Table 3. Expression pattern of key- gonadal genes implicated in sex determination/differentiation of the five sparid species.
Comparative Analysis of Sex-Biased Gene Expression in the Gonads of All Five Sparid Species
Apart from the 114 genes that were identified based on literature and public datasets, we looked for sex-biased differences using a comparative whole-transcriptome approach, based on the orthology assignment of the annotated transcriptomes of the gonads of all the species (Figure 4) (homologous genes between the five studied species in Supplementary Excel Table SET13). We compared the expression data of the annotated gonadal orthologous genes for the five species. Those multi-group comparisons helped us to identify common (in two, three, four, and all five species) and unique (species- specific) male- and female- biased genes in gonads. To gain greater insight into the genes that consistently play a role in gonadal identity we focused on genes that were differentially expressed in all five species (common/shared genes). The analysis revealed 1,418 annotated genes expressed in the testes (Figure 4A, intersection of all five species; Supplementary Excel Table SET14) and 1,665 annotated genes expressed in the ovaries (Figure 4B, intersection of all five species; Supplementary Excel Table SET15) of all five studied sparids. Moreover, this analysis allowed us to make comparisons of the testis- or ovary- specific genes between different reproductive modes. As such, one could focus on the protogynous-specific genes, with a shared over-expression in only the two protogynous species vs. all the other species. The analysis revealed 349 protogynous-specific orthologous genes overexpressed in testes (Supplementary Excel Table SET16) and 578 protogynous-specific orthologs overexpressed in ovaries (Supplementary Excel Table SET17). Considering that the sharpsnout seabream is a rudimentary or late gonochoristic species, the comparative analysis depicted 1,098 gonochoristic-specific male-biased orhologs (Supplementary Excel Table SET18), and 238 gonochoristic-specific female-biased orthologs (Supplementary Excel Table SET19). In an effort to gain a more profound insight into the protandrous-specific orthologs, the analysis produced 773 overexpressed genes in the testes (Supplementary Excel Table SET20) and 1,116 overexpressed genes in the ovaries of only the protandrous gilthead seabream (Supplementary Excel Table SET21). The maximum number of male-biased shared orthologs (1,098 genes) was found in the gonochoristic common dentex and rudimentary hermaphrodite sharpsnout seabream, when the maximum number of female-biased shared orthologs (578 genes) was found in the protogynous common pandora and red porgy.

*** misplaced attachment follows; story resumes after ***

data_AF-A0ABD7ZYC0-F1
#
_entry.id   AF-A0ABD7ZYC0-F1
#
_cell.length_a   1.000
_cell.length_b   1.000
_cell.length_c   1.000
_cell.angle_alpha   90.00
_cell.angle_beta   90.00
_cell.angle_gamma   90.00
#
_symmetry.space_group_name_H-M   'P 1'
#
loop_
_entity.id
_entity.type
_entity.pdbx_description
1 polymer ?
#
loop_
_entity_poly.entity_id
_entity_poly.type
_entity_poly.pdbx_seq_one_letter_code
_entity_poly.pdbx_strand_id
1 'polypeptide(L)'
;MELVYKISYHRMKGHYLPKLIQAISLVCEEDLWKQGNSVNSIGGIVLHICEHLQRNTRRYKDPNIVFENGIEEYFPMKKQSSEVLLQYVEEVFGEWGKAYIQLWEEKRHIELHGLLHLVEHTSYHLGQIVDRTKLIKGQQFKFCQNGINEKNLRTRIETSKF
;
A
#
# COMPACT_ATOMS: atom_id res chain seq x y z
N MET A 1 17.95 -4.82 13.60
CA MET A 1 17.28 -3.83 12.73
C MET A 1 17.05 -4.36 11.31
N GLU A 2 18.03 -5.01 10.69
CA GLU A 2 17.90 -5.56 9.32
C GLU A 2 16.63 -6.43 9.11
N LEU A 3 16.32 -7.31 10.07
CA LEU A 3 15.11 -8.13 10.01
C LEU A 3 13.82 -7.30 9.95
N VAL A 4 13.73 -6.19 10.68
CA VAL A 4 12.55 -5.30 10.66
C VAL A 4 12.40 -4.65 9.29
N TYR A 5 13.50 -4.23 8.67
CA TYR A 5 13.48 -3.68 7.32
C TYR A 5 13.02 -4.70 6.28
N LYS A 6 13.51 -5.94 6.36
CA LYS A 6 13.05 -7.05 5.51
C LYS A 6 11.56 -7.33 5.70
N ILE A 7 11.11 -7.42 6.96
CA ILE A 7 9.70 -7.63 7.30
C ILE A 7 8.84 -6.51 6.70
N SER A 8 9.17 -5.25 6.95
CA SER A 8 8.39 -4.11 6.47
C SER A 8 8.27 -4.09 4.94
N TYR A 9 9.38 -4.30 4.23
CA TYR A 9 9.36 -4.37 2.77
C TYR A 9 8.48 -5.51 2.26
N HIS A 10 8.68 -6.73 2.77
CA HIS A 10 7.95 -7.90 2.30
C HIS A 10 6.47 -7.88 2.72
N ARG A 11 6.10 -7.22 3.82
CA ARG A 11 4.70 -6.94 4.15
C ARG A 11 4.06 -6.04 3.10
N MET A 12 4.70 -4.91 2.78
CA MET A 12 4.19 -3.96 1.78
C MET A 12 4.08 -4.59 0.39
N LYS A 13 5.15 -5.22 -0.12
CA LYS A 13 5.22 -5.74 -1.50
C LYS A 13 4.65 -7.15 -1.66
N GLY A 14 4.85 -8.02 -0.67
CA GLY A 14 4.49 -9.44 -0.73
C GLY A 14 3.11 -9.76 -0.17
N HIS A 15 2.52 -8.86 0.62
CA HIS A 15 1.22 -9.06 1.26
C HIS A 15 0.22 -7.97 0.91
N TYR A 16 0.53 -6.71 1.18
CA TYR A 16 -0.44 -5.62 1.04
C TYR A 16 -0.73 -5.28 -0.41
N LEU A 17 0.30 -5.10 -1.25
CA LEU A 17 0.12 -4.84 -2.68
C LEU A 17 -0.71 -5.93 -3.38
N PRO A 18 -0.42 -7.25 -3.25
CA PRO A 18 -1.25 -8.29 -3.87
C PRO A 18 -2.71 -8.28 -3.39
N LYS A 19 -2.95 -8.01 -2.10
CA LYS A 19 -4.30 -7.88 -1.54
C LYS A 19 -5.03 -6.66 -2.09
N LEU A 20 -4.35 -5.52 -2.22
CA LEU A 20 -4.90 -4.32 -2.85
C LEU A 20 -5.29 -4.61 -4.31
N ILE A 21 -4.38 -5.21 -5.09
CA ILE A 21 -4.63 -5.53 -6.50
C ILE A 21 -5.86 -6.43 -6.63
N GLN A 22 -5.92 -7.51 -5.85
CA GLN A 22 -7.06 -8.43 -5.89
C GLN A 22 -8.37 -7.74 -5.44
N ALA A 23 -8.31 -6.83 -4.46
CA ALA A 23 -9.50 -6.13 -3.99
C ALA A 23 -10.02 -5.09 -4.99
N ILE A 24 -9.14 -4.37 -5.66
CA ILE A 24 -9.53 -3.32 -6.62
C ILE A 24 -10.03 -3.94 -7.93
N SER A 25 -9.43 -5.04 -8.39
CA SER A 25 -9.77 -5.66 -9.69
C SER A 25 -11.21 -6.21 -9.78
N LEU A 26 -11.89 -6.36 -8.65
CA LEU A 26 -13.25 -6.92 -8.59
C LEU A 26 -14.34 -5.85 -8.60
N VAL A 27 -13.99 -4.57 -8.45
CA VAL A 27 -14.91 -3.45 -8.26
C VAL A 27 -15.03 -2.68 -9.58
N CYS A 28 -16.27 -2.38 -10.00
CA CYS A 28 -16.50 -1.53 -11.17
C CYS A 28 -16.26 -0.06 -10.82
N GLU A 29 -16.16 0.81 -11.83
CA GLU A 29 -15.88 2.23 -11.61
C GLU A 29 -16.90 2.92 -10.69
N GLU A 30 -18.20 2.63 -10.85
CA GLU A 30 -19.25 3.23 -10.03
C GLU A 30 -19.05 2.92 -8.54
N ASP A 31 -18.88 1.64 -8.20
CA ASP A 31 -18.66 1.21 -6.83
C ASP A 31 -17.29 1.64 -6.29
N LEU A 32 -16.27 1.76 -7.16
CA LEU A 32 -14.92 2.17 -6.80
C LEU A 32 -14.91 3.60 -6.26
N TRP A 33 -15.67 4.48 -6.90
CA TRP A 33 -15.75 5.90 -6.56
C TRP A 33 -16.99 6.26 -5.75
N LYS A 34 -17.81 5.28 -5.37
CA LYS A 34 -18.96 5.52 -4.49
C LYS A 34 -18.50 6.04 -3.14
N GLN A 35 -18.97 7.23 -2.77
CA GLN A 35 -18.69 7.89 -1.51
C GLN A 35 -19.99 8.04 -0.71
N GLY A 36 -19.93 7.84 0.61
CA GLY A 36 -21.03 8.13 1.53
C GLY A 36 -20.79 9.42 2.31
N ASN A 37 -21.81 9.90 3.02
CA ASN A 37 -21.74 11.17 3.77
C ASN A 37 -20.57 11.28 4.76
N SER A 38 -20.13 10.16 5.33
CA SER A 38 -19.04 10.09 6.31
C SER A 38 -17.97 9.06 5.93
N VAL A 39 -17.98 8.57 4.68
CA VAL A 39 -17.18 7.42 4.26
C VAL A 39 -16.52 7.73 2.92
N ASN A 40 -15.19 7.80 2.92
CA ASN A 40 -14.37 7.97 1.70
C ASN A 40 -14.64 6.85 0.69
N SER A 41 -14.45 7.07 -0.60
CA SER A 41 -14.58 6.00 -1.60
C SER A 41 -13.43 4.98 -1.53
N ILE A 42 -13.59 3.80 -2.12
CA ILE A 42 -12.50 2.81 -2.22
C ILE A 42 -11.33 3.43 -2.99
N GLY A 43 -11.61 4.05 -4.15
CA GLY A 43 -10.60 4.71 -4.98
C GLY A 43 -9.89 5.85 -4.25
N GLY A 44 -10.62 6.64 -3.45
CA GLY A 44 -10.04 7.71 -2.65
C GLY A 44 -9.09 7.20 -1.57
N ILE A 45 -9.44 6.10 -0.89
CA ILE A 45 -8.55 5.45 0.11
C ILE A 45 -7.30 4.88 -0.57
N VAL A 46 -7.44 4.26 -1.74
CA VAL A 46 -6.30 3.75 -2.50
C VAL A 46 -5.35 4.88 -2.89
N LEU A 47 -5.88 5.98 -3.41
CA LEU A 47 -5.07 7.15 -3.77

Figure 4. Multigroup comparisons of overexpressed genes in the gonads of all five sparids. The graphic shows the numbers of shared genes between species within the two groups of DE genes (A) testis overexpressed or male-biased and (B) ovary overexpressed or female-biased.
The present study reports new transcriptome assemblies for two species of the Sparidae family, and compares the sex-specific gene-expression patterns in gonads and brains in four hermaphrodites and one gonochorist belonging to this family. This is the first comparative transcriptomic analysis of five phylogenetically close fish species displaying alternative reproductive modes. Focusing on genes that are expressed differentially between sexes, we pinpoint a common network that forms and/or maintains the functional male and female phenotype.
Slight Differences Between Sexes in Brain. A “Sexually” Un-biased Tissue?